Troublemakers take over Local 290 hall

“We need a revitalized labor movement that has the confidence of its members. Members are the union.” Jovanka Beckles, vice-mayor of Richmond, California — and a rank-and-file AFSCME member.

By Don McIntosh

Over 200 rank-and-file union activists were welcomed to United Association of Plumbers and Steamfitters Local 290 training center April 8 for Portland’s third biennial “Troublemakers School.”

The spirited gathering was a day of networking and panel presentations organized by the magazine Labor Notes to — as the publication’s masthead puts it — “put the movement back in the labor movement.”

“As a worker, the second you ask about your rights, they call you a troublemaker,” explained Labor Notes director Mark Brenner. “That’s why we call ourselves troublemakers.”

Occupy Public Office

The day’s keynote speaker was rank-and-file AFSCME member Jovanka Beckles, who is vice mayor of Richmond, California, thanks to a union-backed coalition known as the Richmond Progressive Alliance. Richmond is a racially diverse blue collar city of 100,000, best known in the Bay Area as the location of a Chevron refinery. Over the last decade, the Richmond Progressive Alliance has successfully challenged the city’s traditional power structure, electing slates of City Council candidates who refused corporate money, winning a rent control ballot measure, increasing taxes on Chevron, and experimenting with the power of eminent domain to rescue homeowners from underwater mortgages. All that came about because residents, with union support, got organized.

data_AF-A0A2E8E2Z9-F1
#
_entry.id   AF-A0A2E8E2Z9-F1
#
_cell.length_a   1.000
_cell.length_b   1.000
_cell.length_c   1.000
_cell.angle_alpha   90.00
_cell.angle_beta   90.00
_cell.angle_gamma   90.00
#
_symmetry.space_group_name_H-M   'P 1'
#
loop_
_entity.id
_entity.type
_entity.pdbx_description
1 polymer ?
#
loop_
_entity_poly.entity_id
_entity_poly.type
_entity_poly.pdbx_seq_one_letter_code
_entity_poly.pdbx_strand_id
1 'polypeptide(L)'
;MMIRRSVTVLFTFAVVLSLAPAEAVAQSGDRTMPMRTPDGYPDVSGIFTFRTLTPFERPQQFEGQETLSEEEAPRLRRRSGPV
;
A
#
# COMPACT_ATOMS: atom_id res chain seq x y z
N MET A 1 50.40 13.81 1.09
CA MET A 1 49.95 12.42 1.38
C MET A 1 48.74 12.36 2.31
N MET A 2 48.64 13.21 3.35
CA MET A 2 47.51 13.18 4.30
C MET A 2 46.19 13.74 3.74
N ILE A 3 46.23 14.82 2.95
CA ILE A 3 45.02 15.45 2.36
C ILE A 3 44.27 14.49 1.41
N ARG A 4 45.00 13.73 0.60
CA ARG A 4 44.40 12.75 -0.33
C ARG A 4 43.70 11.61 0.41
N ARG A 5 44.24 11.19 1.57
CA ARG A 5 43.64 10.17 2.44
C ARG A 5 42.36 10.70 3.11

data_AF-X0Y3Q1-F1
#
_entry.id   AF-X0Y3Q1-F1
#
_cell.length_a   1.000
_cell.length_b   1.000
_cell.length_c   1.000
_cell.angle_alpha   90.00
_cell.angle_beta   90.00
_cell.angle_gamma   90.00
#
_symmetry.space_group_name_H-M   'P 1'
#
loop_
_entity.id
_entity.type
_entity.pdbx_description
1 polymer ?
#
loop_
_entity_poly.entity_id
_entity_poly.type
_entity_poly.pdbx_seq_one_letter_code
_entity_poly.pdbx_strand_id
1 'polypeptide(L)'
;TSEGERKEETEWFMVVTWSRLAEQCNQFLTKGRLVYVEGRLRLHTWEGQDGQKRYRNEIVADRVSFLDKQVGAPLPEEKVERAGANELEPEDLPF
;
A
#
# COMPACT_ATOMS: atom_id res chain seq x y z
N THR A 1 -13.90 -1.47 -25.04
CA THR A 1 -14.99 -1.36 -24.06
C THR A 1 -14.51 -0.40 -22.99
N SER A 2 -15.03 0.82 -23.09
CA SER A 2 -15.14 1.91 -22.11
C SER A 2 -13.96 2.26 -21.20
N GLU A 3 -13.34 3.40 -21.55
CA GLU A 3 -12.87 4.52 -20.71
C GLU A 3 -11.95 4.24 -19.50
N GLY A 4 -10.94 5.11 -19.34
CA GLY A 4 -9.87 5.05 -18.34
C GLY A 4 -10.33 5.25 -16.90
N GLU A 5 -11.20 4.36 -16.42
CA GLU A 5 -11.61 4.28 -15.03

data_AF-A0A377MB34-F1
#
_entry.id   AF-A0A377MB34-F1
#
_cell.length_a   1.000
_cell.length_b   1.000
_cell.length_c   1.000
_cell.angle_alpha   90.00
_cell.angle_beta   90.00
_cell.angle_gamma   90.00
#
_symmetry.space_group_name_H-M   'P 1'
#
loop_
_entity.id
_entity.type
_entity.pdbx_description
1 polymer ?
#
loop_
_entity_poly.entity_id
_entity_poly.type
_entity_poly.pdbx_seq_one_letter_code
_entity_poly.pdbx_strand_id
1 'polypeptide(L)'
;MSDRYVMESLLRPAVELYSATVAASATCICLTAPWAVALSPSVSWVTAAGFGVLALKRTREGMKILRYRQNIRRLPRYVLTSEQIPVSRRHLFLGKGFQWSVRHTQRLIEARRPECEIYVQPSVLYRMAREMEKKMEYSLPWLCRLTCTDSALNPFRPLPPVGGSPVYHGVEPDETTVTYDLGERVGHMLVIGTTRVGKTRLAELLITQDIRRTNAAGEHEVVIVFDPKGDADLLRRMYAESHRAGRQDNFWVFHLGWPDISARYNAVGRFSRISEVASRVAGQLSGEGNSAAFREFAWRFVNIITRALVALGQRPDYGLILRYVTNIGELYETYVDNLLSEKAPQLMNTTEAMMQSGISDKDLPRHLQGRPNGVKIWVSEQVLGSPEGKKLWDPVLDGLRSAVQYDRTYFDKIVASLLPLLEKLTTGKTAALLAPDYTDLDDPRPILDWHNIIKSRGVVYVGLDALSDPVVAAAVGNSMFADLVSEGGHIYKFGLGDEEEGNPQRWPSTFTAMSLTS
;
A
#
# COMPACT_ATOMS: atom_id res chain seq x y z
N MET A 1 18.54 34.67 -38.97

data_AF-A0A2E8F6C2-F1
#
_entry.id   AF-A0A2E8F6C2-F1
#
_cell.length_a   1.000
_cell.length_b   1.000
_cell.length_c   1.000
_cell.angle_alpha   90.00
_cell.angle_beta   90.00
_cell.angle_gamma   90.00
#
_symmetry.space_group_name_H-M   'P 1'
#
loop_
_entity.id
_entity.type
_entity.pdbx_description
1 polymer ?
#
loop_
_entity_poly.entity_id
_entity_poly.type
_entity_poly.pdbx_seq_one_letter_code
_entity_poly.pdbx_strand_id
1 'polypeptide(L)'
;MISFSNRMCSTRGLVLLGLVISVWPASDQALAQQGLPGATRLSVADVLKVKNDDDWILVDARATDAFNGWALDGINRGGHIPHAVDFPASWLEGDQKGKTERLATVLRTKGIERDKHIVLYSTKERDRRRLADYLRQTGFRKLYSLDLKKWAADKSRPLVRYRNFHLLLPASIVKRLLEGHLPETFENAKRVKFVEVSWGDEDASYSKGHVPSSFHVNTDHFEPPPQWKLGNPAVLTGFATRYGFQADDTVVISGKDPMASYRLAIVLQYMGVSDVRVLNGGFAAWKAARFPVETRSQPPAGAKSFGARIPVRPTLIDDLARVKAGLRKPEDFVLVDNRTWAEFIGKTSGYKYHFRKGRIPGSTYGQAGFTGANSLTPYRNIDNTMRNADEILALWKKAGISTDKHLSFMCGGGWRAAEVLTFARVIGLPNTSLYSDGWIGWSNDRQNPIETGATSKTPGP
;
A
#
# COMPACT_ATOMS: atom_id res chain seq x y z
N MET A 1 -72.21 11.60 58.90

“Isn’t doing something better than sitting around watching cable news?” Beckles said.

[MORE: See more photos from the event here.]


“Union is my life. I’m third generation. We’ve been raised a union family. I can’t imagine what other people go through where they don’t have their union backing them.” — Brenda Bridger, ILWU Local 4
“Union means workers being able to defend themselves, by organizing collectively. Because there’s a power differential between an individual worker and a boss.… Unless we are organized together, we are screwed.”
— Hyung Nam, Portland Association of Teachers
“ I am grateful that my predecessors before me organized the United Association, grateful that I have the ability to make a living wage, that I am a member of an organization that shares pride in what they do, and grateful that I have chance to be involved in my local union and make a change for the better.”
— Craig Spjut, UA Local 290

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